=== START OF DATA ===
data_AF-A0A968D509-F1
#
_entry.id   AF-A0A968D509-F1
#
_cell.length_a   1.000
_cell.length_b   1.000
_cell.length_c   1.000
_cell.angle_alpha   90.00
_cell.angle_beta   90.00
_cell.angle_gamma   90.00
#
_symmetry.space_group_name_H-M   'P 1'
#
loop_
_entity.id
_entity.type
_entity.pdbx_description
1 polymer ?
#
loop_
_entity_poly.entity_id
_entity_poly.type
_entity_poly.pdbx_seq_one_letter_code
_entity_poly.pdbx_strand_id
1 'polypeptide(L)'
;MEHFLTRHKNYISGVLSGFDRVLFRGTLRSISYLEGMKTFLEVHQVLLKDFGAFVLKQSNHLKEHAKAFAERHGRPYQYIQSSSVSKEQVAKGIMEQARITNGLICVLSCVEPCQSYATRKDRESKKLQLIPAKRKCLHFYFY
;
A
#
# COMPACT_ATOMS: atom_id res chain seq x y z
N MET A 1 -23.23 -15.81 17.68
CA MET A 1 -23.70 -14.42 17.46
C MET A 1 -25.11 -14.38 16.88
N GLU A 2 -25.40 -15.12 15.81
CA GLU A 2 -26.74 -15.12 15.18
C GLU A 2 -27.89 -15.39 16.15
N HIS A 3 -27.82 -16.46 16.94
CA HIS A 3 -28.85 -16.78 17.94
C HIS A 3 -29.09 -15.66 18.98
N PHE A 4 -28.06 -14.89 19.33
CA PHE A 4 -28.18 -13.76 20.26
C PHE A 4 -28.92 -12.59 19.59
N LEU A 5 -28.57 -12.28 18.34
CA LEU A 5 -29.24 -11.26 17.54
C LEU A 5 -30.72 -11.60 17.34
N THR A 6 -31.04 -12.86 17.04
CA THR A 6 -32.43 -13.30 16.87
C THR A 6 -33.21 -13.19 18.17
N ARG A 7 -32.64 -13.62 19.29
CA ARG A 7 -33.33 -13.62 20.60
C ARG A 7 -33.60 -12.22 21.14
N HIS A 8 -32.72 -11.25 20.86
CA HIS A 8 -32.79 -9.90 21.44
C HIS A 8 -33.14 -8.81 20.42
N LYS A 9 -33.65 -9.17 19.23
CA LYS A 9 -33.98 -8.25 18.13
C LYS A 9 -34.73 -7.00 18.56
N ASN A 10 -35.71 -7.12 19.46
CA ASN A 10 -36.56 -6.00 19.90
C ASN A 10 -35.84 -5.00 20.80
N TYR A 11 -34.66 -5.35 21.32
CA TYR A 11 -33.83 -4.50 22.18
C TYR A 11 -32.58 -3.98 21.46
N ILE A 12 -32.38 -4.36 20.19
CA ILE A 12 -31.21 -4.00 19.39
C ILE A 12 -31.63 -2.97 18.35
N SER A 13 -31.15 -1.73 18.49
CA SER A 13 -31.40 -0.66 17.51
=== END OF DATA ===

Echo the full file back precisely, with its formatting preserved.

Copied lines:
data_AF-A0A968D509-F1
#
_entry.id   AF-A0A968D509-F1
#
_cell.length_a   1.000
_cell.length_b   1.000
_cell.length_c   1.000
_cell.angle_alpha   90.00
_cell.angle_beta   90.00
_cell.angle_gamma   90.00
#
_symmetry.space_group_name_H-M   'P 1'
#
loop_
_entity.id
_entity.type
_entity.pdbx_description
1 polymer ?
#
loop_
_entity_poly.entity_id
_entity_poly.type
_entity_poly.pdbx_seq_one_letter_code
_entity_poly.pdbx_strand_id
1 'polypeptide(L)'
;MEHFLTRHKNYISGVLSGFDRVLFRGTLRSISYLEGMKTFLEVHQVLLKDFGAFVLKQSNHLKEHAKAFAERHGRPYQYIQSSSVSKEQVAKGIMEQARITNGLICVLSCVEPCQSYATRKDRESKKLQLIPAKRKCLHFYFY
;
A
#
# COMPACT_ATOMS: atom_id res chain seq x y z
N MET A 1 -23.23 -15.81 17.68
CA MET A 1 -23.70 -14.42 17.46
C MET A 1 -25.11 -14.38 16.88
N GLU A 2 -25.40 -15.12 15.81
CA GLU A 2 -26.74 -15.12 15.18
C GLU A 2 -27.89 -15.39 16.15
N HIS A 3 -27.82 -16.46 16.94
CA HIS A 3 -28.85 -16.78 17.94
C HIS A 3 -29.09 -15.66 18.98
N PHE A 4 -28.06 -14.89 19.33
CA PHE A 4 -28.18 -13.76 20.26
C PHE A 4 -28.92 -12.59 19.59
N LEU A 5 -28.57 -12.28 18.34
CA LEU A 5 -29.24 -11.26 17.54
C LEU A 5 -30.72 -11.60 17.34
N THR A 6 -31.04 -12.86 17.04
CA THR A 6 -32.43 -13.30 16.87
C THR A 6 -33.21 -13.19 18.17
N ARG A 7 -32.64 -13.62 19.29
CA ARG A 7 -33.33 -13.62 20.60
C ARG A 7 -33.60 -12.22 21.14
N HIS A 8 -32.72 -11.25 20.86
CA HIS A 8 -32.79 -9.90 21.44
C HIS A 8 -33.14 -8.81 20.42
N LYS A 9 -33.65 -9.17 19.23
CA LYS A 9 -33.98 -8.25 18.13
C LYS A 9 -34.73 -7.00 18.56
N ASN A 10 -35.71 -7.12 19.46
CA ASN A 10 -36.56 -6.00 19.90
C ASN A 10 -35.84 -5.00 20.80
N TYR A 11 -34.66 -5.35 21.32
CA TYR A 11 -33.83 -4.50 22.18
C TYR A 11 -32.58 -3.98 21.46
N ILE A 12 -32.38 -4.36 20.19
CA ILE A 12 -31.21 -4.00 19.39
C ILE A 12 -31.63 -2.97 18.35
N SER A 13 -31.15 -1.73 18.49
CA SER A 13 -31.40 -0.66 17.51